More than 150 people have died in devastating floods across India and Nepal, after some of the heaviest rainfall in over a century triggered flash flooding and landslides.
In the north Indian state of Uttarakhand, at least 46 people died and 11 were missing after record-breaking rainfall caused by cloudbursts, an intense deluge of rain, on Monday and Tuesday.
Neighbouring Nepal was also badly affected by the extreme rainfall, which caused landslides in rural areas and washed away homes, roads and bridges. So far, 77 people have been found dead and dozens are still missing, with disaster officials warning that the death toll was likely to rise as many affected areas remained unreachable.
The extreme weather also devastated the hilly Indian regions of Darjeeling and Kalimpong in West Bengal and neighbouring Sikkim, triggering landslides, stranding hundreds of tourists and leaving at least three dead.
In the south Indian state of Kerala, the death toll rose to 39 on Wednesday after extreme weather over the weekend battered the region, causing devastating damage and floods.
Uttarakhand’s picturesque Kumaon region was particularly badly hit by flooding that washed away homes and vehicles. The army and the national defence force were dispatched to the Himalayan state to help with rescue efforts as residents and tourists were left stranded and dozens of trekkers hiking in the mountains had to be rescued. Many districts remained cut off after roads were blocked with mud and debris. The Ganges burst its banks in the holy city of Rishikesh.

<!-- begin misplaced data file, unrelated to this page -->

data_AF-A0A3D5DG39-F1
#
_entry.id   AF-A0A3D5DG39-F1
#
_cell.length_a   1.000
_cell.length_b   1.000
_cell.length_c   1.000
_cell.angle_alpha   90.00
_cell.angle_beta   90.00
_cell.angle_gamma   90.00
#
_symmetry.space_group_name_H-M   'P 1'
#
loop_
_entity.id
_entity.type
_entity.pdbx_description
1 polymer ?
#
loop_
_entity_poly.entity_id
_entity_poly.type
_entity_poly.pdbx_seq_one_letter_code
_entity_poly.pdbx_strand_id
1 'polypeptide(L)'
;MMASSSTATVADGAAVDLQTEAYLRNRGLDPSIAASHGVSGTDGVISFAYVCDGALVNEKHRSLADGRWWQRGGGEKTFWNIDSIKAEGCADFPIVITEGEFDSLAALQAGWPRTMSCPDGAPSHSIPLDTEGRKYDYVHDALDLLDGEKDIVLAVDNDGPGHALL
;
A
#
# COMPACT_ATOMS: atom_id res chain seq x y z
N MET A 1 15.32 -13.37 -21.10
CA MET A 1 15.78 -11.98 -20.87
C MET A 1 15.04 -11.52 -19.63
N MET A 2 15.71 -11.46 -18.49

Nainital, a district in Uttarakhand, received 340mm (13.4in) of rainfall over 24 hours on Tuesday, the highest registered since a weather station was set up there in 1897. Nainital’s famous lake overflowed, causing flash flooding and cutting off the area entirely.
The river flooding also affected the periphery of Jim Corbett national park, which is home to tigers and elephants. A video that went viral showed a distressed elephant stranded on a small island in the middle of the overflowing Gaula river. According to wildlife park officials, the elephant managed to successfully swim to safety through the fast-flowing waters.
Heavy rain in October is highly unusual in India and Nepal, as the monsoons have usually departed the region. However, this year the monsoon in India was delayed, meaning the rains have continued for weeks longer than normal, triggering unusual weather events.
The extreme weather in north India and Nepal was caused by a disturbance that originated in the Mediterranean and then slammed into the Himalayan mountains, leading to heavy rain spells and cloudbursts.
In both Nepal and India, authorities warned there would be more heavy rainfall to come later this week. So far in October, Uttarakhand has received 485% more rain than average, according to India Meteorological Department data, while Kerala’s average rainfall was up by 135% on the average, leading to several dams being opened after they reached capacity.
The extreme weather has been attributed to the climate crisis. Uttarakhand has experienced a sharp increase in heavy rainfall events and cloudbursts, reporting more than 7,750 since 2015, while Kerala has experienced severe flooding multiple times over the past three years.
Experts say that in states such as Uttarkhand, the problems are exacerbated by intense development of the mountain region, including the construction of dams and roads in the fragile Himalayas. These vast projects often encroach on rivers, destabilising the mountains and making the region more prone to extreme weather events.
Population growth in the mountain areas, which has led to houses being built in hilly areas and forests cut down across the state, has also been blamed for exacerbating landslides when heavy rains fall.
Glacial melting has also become increasingly dangerous in Uttarakhand. In February, hundreds died after flash floods, caused by a hanging glacier crashed through two vast hydropower dams in a river valley.